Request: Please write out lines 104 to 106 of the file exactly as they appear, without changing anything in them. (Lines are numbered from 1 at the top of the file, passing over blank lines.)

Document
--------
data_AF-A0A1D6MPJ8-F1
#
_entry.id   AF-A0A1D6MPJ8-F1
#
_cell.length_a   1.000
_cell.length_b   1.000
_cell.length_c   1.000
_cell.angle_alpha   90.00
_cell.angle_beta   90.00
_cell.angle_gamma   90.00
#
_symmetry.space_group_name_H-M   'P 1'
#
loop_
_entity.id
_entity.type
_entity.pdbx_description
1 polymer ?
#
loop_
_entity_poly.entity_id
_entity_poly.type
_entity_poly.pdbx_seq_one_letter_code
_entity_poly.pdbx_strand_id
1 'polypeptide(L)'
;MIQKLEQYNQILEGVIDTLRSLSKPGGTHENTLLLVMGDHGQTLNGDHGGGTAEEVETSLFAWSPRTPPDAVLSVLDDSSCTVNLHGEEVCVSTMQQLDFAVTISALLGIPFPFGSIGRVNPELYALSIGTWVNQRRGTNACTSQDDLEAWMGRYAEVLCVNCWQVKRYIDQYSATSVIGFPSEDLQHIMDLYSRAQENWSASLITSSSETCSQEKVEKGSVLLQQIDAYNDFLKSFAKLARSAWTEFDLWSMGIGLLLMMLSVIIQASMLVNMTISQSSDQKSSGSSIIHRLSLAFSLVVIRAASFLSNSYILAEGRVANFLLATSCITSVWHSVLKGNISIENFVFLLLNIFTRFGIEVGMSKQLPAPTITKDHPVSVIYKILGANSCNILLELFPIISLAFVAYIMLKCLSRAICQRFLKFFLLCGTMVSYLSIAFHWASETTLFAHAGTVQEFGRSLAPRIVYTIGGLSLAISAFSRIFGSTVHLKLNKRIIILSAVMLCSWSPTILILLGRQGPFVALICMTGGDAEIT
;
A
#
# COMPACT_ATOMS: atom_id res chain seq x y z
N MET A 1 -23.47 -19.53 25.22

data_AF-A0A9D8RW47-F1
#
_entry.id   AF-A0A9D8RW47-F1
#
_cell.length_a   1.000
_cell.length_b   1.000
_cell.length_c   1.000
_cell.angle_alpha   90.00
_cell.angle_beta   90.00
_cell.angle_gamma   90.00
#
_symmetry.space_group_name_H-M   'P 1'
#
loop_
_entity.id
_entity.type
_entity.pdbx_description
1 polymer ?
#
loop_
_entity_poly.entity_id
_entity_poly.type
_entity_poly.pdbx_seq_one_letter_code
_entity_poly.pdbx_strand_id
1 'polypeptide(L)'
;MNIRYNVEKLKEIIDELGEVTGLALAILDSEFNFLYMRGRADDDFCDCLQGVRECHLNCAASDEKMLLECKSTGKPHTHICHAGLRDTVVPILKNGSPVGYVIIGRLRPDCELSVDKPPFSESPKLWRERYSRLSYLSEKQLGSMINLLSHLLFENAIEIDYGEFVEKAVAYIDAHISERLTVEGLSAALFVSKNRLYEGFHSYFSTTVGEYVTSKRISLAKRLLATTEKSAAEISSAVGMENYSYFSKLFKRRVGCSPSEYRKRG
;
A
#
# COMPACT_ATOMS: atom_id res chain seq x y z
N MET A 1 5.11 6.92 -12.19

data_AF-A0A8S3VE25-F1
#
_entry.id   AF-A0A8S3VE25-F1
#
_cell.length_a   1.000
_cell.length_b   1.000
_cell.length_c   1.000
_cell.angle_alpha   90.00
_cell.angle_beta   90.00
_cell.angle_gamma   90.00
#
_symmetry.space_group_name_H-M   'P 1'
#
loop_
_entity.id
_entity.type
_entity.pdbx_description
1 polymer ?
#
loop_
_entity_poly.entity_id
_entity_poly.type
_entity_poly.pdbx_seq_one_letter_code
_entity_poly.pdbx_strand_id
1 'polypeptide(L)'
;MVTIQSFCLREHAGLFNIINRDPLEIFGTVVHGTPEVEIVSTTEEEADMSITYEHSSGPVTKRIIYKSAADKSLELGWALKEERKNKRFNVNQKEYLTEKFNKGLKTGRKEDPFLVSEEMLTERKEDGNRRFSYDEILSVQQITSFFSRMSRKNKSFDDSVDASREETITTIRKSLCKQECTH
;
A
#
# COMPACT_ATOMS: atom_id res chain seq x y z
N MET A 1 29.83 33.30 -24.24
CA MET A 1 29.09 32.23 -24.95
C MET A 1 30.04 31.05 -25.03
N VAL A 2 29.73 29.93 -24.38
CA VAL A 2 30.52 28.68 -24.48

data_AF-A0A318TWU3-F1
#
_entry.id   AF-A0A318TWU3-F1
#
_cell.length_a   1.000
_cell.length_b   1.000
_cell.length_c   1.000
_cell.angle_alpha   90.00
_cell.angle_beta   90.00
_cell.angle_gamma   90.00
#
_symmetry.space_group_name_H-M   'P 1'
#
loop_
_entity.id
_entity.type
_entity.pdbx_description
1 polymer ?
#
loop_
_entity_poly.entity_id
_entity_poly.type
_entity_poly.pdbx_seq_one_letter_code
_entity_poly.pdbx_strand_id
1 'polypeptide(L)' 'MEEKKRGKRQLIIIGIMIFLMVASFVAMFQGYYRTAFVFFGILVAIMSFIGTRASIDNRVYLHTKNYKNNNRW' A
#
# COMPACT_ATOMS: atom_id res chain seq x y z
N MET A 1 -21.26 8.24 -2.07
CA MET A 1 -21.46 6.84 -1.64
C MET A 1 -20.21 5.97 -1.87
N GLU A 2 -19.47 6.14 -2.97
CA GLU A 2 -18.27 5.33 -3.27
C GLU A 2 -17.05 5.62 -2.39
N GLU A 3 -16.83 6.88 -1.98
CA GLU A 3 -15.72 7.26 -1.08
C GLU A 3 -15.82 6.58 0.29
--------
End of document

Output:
_cell.length_c   1.000
_cell.angle_alpha   90.00
_cell.angle_beta   90.00